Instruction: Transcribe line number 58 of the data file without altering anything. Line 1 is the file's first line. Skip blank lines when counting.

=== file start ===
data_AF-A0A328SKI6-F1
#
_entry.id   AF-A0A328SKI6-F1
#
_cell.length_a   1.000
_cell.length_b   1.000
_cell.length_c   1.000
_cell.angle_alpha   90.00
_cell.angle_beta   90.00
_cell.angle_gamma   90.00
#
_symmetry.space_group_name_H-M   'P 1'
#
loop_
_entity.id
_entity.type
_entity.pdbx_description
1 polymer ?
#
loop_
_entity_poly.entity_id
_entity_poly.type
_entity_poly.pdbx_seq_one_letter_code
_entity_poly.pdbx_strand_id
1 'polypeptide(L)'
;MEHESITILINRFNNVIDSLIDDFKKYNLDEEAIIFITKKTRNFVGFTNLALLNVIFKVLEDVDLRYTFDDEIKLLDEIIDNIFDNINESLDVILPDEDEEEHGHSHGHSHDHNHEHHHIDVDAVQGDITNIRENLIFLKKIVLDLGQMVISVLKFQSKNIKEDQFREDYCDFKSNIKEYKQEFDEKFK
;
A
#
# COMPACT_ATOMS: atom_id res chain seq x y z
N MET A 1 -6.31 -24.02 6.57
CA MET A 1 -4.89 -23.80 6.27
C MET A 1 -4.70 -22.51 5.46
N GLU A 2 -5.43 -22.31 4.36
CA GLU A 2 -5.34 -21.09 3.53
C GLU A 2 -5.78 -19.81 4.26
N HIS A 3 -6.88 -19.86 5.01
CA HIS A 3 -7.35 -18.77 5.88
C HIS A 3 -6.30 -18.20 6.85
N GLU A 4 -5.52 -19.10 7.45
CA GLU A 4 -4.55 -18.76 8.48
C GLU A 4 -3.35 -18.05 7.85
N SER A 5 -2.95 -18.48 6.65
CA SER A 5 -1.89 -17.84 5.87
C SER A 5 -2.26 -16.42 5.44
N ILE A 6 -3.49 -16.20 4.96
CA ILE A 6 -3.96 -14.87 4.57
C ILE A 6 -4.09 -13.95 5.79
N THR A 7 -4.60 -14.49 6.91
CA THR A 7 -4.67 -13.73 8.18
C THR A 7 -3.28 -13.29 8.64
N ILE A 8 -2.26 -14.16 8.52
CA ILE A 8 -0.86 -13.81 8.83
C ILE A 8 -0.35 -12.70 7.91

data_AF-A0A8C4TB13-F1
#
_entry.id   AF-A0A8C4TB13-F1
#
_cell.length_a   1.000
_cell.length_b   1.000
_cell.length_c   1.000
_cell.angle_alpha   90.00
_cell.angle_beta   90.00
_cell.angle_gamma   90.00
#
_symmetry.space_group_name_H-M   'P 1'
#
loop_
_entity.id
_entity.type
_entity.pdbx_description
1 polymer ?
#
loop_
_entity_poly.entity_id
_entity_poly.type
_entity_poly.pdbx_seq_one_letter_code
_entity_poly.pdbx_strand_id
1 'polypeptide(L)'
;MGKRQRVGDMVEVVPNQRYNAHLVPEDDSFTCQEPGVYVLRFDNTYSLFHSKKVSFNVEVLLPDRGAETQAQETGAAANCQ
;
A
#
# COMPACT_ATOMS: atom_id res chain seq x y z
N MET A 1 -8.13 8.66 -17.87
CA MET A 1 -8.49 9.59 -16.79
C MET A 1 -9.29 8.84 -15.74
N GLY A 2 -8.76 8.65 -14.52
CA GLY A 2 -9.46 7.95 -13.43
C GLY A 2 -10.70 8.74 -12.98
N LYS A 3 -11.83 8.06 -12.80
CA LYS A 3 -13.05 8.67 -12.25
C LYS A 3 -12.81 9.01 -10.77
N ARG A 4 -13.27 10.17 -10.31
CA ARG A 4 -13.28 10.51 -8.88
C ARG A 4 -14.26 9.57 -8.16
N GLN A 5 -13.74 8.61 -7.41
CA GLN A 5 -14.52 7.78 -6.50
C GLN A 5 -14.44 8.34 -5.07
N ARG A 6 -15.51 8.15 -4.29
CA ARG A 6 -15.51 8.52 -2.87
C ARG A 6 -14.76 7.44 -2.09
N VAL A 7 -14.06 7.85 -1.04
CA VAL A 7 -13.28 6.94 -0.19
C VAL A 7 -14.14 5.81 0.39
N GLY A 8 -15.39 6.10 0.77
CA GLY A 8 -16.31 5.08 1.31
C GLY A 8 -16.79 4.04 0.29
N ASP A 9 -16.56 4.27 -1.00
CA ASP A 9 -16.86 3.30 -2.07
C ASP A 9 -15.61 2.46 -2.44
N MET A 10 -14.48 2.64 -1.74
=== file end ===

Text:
#